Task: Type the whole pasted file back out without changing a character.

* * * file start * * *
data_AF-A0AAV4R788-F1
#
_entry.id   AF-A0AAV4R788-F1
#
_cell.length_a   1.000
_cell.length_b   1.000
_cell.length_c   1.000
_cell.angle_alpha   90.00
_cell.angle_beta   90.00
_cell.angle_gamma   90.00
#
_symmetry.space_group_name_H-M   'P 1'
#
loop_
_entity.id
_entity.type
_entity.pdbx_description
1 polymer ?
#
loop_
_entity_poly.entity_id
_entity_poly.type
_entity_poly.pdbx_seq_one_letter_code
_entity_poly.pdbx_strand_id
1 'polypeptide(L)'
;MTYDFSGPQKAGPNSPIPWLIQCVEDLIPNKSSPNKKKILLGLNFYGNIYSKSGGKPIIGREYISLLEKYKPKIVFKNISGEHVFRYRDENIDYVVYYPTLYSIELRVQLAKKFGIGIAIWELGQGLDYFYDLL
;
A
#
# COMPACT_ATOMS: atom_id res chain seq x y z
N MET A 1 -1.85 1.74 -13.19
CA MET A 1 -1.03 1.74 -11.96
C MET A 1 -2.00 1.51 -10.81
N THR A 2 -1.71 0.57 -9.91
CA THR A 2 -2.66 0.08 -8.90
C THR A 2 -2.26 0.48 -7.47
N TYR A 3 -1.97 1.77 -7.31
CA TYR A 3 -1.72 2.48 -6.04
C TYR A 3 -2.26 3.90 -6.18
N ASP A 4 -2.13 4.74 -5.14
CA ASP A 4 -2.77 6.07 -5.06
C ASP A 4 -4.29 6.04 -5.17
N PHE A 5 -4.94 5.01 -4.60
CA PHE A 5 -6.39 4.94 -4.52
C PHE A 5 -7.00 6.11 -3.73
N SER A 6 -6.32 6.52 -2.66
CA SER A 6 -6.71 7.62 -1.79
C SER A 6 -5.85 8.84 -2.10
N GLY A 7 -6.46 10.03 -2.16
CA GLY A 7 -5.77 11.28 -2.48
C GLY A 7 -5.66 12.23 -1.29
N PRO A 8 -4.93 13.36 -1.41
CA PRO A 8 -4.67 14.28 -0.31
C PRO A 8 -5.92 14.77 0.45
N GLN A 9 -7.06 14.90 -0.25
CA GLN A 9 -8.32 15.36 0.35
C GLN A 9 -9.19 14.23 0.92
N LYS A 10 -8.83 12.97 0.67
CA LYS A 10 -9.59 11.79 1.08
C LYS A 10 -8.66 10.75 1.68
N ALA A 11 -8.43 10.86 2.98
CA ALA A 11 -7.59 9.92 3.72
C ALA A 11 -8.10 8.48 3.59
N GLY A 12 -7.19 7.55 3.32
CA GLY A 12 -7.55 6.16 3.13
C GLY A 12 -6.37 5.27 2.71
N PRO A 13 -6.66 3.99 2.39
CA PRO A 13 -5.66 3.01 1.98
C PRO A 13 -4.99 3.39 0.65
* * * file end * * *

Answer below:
data_AF-A0AAV4R788-F1
#
_entry.id   AF-A0AAV4R788-F1
#
_cell.length_a   1.000
_cell.length_b   1.000
_cell.length_c   1.000
_cell.angle_alpha   90.00
_cell.angle_beta   90.00
_cell.angle_gamma   90.00
#
_symmetry.space_group_name_H-M   'P 1'
#
loop_
_entity.id
_entity.type
_entity.pdbx_description
1 polymer ?
#
loop_
_entity_poly.entity_id
_entity_poly.type
_entity_poly.pdbx_seq_one_letter_code
_entity_poly.pdbx_strand_id
1 'polypeptide(L)'
;MTYDFSGPQKAGPNSPIPWLIQCVEDLIPNKSSPNKKKILLGLNFYGNIYSKSGGKPIIGREYISLLEKYKPKIVFKNISGEHVFRYRDENIDYVVYYPTLYSIELRVQLAKKFGIGIAIWELGQGLDYFYDLL
;
A
#
# COMPACT_ATOMS: atom_id res chain seq x y z
N MET A 1 -1.85 1.74 -13.19
CA MET A 1 -1.03 1.74 -11.96
C MET A 1 -2.00 1.51 -10.81
N THR A 2 -1.71 0.57 -9.91
CA THR A 2 -2.66 0.08 -8.90
C THR A 2 -2.26 0.48 -7.47
N TYR A 3 -1.97 1.77 -7.31
CA TYR A 3 -1.72 2.48 -6.04
C TYR A 3 -2.26 3.90 -6.18
N ASP A 4 -2.13 4.74 -5.14
CA ASP A 4 -2.77 6.07 -5.06
C ASP A 4 -4.29 6.04 -5.17
N PHE A 5 -4.94 5.01 -4.60
CA PHE A 5 -6.39 4.94 -4.52
C PHE A 5 -7.00 6.11 -3.73
N SER A 6 -6.32 6.52 -2.66
CA SER A 6 -6.71 7.62 -1.79
C SER A 6 -5.85 8.84 -2.10
N GLY A 7 -6.46 10.03 -2.16
CA GLY A 7 -5.77 11.28 -2.48
C GLY A 7 -5.66 12.23 -1.29
N PRO A 8 -4.93 13.36 -1.41
CA PRO A 8 -4.67 14.28 -0.31
C PRO A 8 -5.92 14.77 0.45
N GLN A 9 -7.06 14.90 -0.25
CA GLN A 9 -8.32 15.36 0.35
C GLN A 9 -9.19 14.23 0.92
N LYS A 10 -8.83 12.97 0.67
CA LYS A 10 -9.59 11.79 1.08
C LYS A 10 -8.66 10.75 1.68
N ALA A 11 -8.43 10.86 2.98
CA ALA A 11 -7.59 9.92 3.72
C ALA A 11 -8.10 8.48 3.59
N GLY A 12 -7.19 7.55 3.32
CA GLY A 12 -7.55 6.16 3.13
C GLY A 12 -6.37 5.27 2.71
N PRO A 13 -6.66 3.99 2.39
CA PRO A 13 -5.66 3.01 1.98
C PRO A 13 -4.99 3.39 0.65